- Reuters/Gary Hershorn
The US dollar has been on a roll since President-elect Donald Trump’s win in early November.
The greenback rose against most major developed and emerging-market currencies in the aftermath, and the trade-weighted dollar index was hovering near 102.64 on Wednesday – near 14-year highs.
At least part of that appreciation could be attributed to the markets reacting to Trump’s proposed fiscal policy initiatives. And analysts had argued last month that the currency still had some room to roar going forward.
A team at HSBC led by strategist David Bloom echoed the sentiment in a recent note to clients, noting that the team expected dollar strength to continue through the first half of 2017. It argued however, that the “euphoria” would start to fade halfway through the year.
“We believe too much will be priced in to the currency market in terms of a successful reflation trade,” the team wrote. “The USD rally will reverse as belief in Trump-flation turns to realization that the scale of policy overhaul is relatively modest (‘Trump-lite’), and that the results are underwhelming as a consequence (‘Trump-failure’). We expect a retracement from mid-year to the end of the year.”
Interestingly, the team compared today’s US dollar to the Japanese yen in 2012-2013 following the reelection of Prime Minister Shinzo Abe.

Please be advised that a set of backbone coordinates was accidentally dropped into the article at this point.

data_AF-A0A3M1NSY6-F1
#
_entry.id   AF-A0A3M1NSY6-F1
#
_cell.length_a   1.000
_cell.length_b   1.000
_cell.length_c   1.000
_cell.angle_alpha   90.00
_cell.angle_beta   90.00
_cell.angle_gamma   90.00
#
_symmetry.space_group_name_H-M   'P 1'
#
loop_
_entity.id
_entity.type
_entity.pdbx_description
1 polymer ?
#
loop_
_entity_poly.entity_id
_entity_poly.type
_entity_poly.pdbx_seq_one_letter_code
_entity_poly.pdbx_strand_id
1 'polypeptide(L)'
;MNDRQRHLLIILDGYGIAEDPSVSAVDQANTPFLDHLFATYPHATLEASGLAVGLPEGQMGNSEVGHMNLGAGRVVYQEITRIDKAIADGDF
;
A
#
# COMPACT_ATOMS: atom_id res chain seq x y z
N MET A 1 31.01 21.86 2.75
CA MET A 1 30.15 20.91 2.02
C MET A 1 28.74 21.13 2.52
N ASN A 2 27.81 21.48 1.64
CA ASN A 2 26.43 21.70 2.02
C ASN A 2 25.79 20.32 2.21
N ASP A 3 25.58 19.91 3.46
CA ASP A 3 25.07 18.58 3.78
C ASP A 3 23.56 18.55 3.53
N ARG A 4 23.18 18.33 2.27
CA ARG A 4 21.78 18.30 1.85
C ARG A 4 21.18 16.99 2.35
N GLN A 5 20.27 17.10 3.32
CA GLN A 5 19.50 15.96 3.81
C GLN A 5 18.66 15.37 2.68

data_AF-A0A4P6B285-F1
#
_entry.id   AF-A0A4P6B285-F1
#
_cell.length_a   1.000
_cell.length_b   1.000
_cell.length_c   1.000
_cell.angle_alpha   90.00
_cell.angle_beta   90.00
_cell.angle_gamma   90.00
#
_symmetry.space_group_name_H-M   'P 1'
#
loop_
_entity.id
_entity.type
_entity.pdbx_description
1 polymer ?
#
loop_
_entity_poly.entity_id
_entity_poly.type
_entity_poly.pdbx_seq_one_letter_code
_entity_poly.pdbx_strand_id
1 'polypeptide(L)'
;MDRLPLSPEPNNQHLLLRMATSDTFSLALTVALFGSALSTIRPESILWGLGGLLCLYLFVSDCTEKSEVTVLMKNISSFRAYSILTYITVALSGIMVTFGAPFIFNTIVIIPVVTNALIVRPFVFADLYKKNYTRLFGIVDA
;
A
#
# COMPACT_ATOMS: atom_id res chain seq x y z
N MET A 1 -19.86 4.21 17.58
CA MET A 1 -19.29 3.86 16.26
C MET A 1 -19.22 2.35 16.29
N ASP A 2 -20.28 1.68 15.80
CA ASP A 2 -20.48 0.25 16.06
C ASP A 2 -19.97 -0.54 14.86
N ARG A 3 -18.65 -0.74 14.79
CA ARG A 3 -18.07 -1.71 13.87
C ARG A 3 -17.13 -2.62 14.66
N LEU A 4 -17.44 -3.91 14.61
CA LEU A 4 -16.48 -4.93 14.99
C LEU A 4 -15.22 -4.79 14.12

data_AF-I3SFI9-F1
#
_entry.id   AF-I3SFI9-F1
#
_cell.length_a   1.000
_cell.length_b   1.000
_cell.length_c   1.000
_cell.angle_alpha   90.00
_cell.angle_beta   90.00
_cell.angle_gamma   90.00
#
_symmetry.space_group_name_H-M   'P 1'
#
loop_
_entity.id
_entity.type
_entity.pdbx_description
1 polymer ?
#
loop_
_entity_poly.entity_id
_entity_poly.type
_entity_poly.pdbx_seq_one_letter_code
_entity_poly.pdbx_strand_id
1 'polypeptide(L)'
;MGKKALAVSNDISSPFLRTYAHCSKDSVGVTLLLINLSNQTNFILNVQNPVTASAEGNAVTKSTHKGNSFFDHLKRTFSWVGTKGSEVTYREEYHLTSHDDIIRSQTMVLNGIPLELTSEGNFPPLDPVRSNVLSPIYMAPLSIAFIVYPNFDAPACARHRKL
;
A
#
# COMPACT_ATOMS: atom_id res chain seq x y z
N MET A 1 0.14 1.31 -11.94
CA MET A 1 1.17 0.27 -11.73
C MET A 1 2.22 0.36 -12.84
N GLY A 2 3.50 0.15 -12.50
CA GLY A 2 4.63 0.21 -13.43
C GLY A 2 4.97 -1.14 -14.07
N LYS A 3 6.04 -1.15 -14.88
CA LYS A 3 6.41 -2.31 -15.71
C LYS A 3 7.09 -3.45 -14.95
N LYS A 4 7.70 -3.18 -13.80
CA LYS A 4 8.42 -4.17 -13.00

After Abe’s election, the yen weakened significantly against the dollar as investors welcomed decisions by the Bank of Japan. Ultimately, however, the results were mixed, and the yen appreciated against the dollar in 2015-2016. (You can see this in the chart below.)
“Japan provided a blue-print for how politics and belief can re-shape a currency’s fortunes,” the HSBC team said. “In particular, it reminds us that the market is willing to give a new political landscape the benefit of the doubt in terms of delivery even when the evidence raises questions about its likely success. The three arrows of Abenomics played out over four years and now it looks like a failure; however, that did not stop the JPY from materially weakening.”
Fast-forward to 2016-2017, and roughly the same thing could happen with the dollar, albeit over a shorter time frame, the HSBC team argues.
Essentially, investors are feeling jazzed about certain Trump policies in the postelection honeymoon phase, and this has given a positive boost to the greenback. But they may grow disappointed if things don’t turn out the way they hoped.
We should note that there are crucial differences between Abenomics and (for lack of a better term) Trumponomics. The former focused more on easing monetary policy and aimed for a weaker currency, while Trump’s fiscal policy proposals have so far provided support for a stronger currency. And so the HSBC team is focusing more on taking a look at broader investor behavior and how that could affect currency markets rather than specific parallels between Japanese and American policy.
“In short this year will be a year of two halves for the USD,” the team concluded. “The first half will be full of euphoria, optimism and hope. The second half should see the USD give back some of its gains as the bureaucracy of office and economic reality kicks in.”